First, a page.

Management > CIO

Janet signs framework agreement with Google Apps for Education

David Bicknell Published 08 October 2013

Education users to sign up to Google's free cloud services; CIOs worry about WiFi demand

 

Education network Janet and Google have announced a framework agreement that makes it easier for colleges and universities to move to using Google Apps for Education for staff and students.

The agreement means further and higher education colleges and universities in the UK are eligible to sign up to Google Apps for Education such as Gmail, docs and spreadsheets using a contract approved by Janet as meeting UK legal requirements.

The 'cloud services for education agreement' is intended to give the educational establishments peace of mind in terms of security, resilience, legal and data compliance, cost and functionality.

Tim Marshall, Janet's chief executive said, "This agreement is the start of a long journey which began together nearly six years ago in the US. The cloud is about opportunity and you cannot be as defensive as IT has been in the past. It may be more risky if you do it yourself."

Dan Perry, Janet's director of product and marketing said: "Over the years we've had huge interest from our members in moving to Google Apps for Education. Yet these same universities and colleges did not have the time nor resources to explore and understand the contractual complexities of cloud security, safety and data protection. So, we worked closely with Google to create a Cloud Services for Education Agreement. This agreement removes the need for colleges and universities to conduct their own due diligence, saving approximately £20,000 in time and cost for each UK higher and further education organisation."

Liz Sproat, head of education, EMEA at Google, said: "We're always looking for ways to make it easier for schools, colleges and universities to take advantage of our free online collaboration and communication tools. One third of all UK colleges and universities already use Google Apps for Education. We hope this new framework agreement with Janet will enable even more students, professors, lecturers and teachers to collaborate and communicate more easily whilst also saving money for their educational institutions."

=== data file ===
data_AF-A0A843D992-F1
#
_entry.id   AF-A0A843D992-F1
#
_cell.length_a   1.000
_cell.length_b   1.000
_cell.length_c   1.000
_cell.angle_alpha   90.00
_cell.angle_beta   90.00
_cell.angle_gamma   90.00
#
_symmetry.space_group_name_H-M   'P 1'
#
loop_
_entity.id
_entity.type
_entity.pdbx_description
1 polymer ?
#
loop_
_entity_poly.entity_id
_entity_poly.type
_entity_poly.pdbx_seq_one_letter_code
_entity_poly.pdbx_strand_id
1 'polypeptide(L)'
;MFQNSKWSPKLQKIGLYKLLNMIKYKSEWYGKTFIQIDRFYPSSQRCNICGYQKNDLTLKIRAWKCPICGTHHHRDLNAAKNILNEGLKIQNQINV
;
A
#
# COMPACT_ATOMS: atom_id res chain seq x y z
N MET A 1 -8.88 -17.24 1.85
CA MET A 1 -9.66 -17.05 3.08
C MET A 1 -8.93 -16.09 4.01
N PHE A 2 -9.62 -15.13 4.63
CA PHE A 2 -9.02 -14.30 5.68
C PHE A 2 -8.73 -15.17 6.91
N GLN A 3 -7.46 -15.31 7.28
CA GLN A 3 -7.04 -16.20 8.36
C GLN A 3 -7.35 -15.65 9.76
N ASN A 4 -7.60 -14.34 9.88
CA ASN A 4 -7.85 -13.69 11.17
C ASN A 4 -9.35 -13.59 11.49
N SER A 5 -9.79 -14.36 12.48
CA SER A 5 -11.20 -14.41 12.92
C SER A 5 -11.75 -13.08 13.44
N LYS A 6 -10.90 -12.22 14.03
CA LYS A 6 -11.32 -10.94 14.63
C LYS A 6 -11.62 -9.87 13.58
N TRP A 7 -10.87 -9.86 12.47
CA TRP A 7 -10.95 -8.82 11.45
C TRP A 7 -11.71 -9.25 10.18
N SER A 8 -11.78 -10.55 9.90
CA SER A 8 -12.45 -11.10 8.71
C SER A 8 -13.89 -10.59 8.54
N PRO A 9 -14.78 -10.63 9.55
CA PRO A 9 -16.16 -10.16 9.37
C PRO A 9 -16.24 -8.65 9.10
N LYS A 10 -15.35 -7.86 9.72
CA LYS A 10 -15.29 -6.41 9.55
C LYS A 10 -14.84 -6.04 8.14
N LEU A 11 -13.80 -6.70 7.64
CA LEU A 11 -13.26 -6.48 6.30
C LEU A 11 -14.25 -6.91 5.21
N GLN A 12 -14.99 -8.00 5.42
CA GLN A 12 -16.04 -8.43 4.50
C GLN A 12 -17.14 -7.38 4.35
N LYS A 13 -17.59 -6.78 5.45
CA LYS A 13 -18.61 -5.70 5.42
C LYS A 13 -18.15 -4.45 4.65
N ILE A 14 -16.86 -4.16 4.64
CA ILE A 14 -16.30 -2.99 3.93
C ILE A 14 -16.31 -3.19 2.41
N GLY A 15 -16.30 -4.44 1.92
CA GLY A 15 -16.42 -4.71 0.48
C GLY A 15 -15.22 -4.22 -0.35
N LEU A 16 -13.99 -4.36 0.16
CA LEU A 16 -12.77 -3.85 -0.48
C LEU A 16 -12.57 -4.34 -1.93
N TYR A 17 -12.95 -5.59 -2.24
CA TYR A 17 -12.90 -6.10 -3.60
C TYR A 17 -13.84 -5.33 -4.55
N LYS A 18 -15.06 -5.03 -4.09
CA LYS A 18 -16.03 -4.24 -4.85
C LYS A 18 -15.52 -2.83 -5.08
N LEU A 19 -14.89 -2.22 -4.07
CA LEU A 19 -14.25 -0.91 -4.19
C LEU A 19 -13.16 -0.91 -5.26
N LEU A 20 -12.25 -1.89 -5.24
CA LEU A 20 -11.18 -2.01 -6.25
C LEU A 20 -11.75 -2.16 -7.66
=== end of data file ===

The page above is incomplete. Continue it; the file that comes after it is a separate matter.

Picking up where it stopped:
The agreement signing was attended by four IT heads within universities and colleges: Christine Sexton, CIO of Sheffield University; Martin King, Head of IT Services at Ealing Hammersmith & West London College; Heidi Fraser-Krauss, Head of IT Services, Deputy Director of Information, The University of York; and Lawrence Wood, Vice Principal with responsibility for e-learning at Coleg Cambria (formerly Deeside College).

A key issue for the IT leaders is the WiFi access demands on their infrastructure of thousands of students, most of whom are using multiple devices. They admitted that educational establishments' infrastructure sometimes struggles to cope with students' 24x7 expectations on all of their devices.








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